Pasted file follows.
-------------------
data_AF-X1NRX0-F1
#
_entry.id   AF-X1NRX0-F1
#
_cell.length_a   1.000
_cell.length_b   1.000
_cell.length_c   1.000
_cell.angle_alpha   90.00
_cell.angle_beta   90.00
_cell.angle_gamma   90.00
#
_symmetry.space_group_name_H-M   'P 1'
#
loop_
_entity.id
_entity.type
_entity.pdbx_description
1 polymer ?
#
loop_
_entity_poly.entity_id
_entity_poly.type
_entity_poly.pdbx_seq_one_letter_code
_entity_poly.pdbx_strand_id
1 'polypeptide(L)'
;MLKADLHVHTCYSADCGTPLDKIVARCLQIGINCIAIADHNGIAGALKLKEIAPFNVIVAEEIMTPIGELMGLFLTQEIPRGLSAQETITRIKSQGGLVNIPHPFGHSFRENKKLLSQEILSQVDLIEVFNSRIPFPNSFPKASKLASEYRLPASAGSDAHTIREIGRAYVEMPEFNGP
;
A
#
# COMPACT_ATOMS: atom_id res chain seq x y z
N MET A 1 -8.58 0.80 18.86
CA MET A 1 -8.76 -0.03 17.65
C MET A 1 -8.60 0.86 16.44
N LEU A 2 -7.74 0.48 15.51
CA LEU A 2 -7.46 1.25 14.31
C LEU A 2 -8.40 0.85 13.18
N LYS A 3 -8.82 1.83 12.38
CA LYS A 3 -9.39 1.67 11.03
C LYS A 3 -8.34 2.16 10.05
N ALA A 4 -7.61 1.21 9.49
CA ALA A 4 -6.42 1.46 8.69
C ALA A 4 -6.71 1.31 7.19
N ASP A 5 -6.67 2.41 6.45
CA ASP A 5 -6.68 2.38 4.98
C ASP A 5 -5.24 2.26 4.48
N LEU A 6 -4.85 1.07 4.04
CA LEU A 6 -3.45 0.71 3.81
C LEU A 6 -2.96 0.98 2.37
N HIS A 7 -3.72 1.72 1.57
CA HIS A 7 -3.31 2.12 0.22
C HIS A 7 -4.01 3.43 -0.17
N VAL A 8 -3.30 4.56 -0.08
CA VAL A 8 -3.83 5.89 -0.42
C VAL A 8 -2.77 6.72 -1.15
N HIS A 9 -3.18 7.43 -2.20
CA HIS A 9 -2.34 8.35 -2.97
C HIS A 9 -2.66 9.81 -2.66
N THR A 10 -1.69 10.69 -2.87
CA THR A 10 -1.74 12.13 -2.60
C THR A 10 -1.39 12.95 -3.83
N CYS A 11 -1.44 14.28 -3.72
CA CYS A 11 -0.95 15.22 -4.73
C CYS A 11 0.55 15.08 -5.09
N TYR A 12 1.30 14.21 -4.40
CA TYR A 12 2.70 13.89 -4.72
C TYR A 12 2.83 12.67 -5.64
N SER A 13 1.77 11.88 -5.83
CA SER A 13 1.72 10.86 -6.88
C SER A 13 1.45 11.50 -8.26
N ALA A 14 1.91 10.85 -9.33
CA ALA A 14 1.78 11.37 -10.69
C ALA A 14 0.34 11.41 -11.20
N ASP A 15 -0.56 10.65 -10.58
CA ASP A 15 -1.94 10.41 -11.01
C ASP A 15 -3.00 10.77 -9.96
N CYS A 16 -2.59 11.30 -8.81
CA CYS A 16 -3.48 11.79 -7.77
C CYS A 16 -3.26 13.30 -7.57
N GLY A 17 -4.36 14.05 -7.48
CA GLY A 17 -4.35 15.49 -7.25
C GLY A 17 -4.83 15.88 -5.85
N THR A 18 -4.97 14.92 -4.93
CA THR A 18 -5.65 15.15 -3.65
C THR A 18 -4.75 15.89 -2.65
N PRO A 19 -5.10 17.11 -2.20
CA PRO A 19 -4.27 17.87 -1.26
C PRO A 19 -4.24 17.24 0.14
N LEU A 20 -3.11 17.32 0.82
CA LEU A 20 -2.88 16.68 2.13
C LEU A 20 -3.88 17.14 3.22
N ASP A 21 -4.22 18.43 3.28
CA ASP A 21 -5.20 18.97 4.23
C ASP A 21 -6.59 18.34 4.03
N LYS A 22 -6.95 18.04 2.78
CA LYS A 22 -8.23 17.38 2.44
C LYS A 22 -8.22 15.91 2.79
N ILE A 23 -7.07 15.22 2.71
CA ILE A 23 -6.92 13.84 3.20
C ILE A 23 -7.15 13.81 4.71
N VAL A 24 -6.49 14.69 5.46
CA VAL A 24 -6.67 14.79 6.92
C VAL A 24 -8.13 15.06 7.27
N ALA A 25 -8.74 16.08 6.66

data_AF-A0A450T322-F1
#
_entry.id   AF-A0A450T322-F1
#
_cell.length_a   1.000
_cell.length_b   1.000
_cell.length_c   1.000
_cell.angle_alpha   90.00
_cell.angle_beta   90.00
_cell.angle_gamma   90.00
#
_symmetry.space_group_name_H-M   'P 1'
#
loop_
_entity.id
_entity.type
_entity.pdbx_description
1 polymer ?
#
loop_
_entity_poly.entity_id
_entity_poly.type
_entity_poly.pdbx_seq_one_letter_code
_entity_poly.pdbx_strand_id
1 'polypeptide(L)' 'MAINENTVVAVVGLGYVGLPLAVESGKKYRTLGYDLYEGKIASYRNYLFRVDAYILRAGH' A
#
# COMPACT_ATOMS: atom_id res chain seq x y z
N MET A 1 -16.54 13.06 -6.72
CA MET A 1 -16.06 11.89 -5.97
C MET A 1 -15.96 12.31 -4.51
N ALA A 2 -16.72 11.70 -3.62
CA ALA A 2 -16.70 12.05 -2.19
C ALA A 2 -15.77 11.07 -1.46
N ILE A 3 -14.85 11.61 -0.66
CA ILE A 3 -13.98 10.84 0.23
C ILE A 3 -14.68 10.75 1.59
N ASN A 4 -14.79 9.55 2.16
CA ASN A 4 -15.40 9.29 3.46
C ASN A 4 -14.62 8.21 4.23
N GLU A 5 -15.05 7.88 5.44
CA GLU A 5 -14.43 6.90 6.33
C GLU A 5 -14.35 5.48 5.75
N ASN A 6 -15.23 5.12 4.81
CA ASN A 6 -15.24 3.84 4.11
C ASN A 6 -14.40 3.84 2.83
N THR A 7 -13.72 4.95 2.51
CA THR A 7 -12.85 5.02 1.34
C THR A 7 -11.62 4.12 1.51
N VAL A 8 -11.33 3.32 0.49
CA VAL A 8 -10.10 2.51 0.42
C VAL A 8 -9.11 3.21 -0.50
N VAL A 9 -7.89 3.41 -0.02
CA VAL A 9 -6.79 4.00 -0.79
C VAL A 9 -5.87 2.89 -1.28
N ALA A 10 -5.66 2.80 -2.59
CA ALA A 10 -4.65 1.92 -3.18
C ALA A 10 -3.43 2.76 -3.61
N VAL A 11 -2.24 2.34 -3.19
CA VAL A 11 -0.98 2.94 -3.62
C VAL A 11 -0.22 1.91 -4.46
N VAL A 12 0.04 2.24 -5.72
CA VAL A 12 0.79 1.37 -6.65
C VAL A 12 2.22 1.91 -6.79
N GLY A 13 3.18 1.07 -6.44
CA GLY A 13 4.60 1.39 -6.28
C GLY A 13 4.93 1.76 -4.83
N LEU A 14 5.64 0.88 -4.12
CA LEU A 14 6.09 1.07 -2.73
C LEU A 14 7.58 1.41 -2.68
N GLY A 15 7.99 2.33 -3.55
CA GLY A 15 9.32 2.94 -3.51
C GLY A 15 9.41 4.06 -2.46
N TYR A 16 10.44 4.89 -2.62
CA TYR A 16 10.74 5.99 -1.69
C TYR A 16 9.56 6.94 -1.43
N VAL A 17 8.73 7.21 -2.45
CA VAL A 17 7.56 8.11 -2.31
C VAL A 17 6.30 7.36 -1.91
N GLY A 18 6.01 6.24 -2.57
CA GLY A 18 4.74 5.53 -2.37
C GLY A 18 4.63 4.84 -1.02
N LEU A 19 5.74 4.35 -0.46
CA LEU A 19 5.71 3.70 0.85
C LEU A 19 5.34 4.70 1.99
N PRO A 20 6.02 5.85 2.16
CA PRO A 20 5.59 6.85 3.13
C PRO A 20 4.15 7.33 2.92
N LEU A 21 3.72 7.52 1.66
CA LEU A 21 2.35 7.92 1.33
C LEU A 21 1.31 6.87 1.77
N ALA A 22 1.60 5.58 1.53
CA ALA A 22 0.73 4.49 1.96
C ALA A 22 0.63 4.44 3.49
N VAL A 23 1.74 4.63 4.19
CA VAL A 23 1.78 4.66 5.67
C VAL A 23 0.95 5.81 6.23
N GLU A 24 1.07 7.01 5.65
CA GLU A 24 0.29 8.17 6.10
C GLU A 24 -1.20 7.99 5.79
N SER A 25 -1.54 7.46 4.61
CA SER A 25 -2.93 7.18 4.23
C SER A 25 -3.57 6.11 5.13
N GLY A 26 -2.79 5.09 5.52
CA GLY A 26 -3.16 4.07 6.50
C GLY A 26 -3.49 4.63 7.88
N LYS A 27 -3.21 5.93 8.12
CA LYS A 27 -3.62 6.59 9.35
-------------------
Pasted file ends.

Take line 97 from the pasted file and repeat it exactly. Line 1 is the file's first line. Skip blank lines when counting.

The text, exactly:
N ILE A 23 -7.07 15.22 2.71